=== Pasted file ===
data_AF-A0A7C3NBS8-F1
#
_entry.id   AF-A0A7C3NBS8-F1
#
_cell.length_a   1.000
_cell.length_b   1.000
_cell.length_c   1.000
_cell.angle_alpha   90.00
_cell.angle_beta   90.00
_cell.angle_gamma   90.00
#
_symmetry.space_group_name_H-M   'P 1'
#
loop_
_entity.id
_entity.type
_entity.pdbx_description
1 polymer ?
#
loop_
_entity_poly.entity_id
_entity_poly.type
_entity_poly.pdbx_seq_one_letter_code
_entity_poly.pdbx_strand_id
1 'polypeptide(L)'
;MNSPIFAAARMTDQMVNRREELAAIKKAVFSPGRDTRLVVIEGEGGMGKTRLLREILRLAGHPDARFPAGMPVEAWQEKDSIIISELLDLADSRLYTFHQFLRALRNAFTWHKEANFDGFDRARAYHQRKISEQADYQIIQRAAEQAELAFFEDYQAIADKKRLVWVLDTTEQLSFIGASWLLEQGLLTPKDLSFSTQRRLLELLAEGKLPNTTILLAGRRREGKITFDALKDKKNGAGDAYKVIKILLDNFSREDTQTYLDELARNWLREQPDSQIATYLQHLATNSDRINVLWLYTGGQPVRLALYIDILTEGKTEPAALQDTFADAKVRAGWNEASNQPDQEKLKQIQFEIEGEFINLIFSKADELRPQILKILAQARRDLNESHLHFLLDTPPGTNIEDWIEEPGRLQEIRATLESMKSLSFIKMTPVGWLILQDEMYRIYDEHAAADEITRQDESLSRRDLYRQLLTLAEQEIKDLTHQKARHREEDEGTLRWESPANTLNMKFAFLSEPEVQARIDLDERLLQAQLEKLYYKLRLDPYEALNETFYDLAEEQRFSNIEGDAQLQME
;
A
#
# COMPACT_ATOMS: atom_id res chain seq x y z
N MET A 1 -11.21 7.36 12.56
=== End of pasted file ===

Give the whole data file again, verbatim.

data_AF-A0A7C3NBS8-F1
#
_entry.id   AF-A0A7C3NBS8-F1
#
_cell.length_a   1.000
_cell.length_b   1.000
_cell.length_c   1.000
_cell.angle_alpha   90.00
_cell.angle_beta   90.00
_cell.angle_gamma   90.00
#
_symmetry.space_group_name_H-M   'P 1'
#
loop_
_entity.id
_entity.type
_entity.pdbx_description
1 polymer ?
#
loop_
_entity_poly.entity_id
_entity_poly.type
_entity_poly.pdbx_seq_one_letter_code
_entity_poly.pdbx_strand_id
1 'polypeptide(L)'
;MNSPIFAAARMTDQMVNRREELAAIKKAVFSPGRDTRLVVIEGEGGMGKTRLLREILRLAGHPDARFPAGMPVEAWQEKDSIIISELLDLADSRLYTFHQFLRALRNAFTWHKEANFDGFDRARAYHQRKISEQADYQIIQRAAEQAELAFFEDYQAIADKKRLVWVLDTTEQLSFIGASWLLEQGLLTPKDLSFSTQRRLLELLAEGKLPNTTILLAGRRREGKITFDALKDKKNGAGDAYKVIKILLDNFSREDTQTYLDELARNWLREQPDSQIATYLQHLATNSDRINVLWLYTGGQPVRLALYIDILTEGKTEPAALQDTFADAKVRAGWNEASNQPDQEKLKQIQFEIEGEFINLIFSKADELRPQILKILAQARRDLNESHLHFLLDTPPGTNIEDWIEEPGRLQEIRATLESMKSLSFIKMTPVGWLILQDEMYRIYDEHAAADEITRQDESLSRRDLYRQLLTLAEQEIKDLTHQKARHREEDEGTLRWESPANTLNMKFAFLSEPEVQARIDLDERLLQAQLEKLYYKLRLDPYEALNETFYDLAEEQRFSNIEGDAQLQME
;
A
#
# COMPACT_ATOMS: atom_id res chain seq x y z
N MET A 1 -11.21 7.36 12.56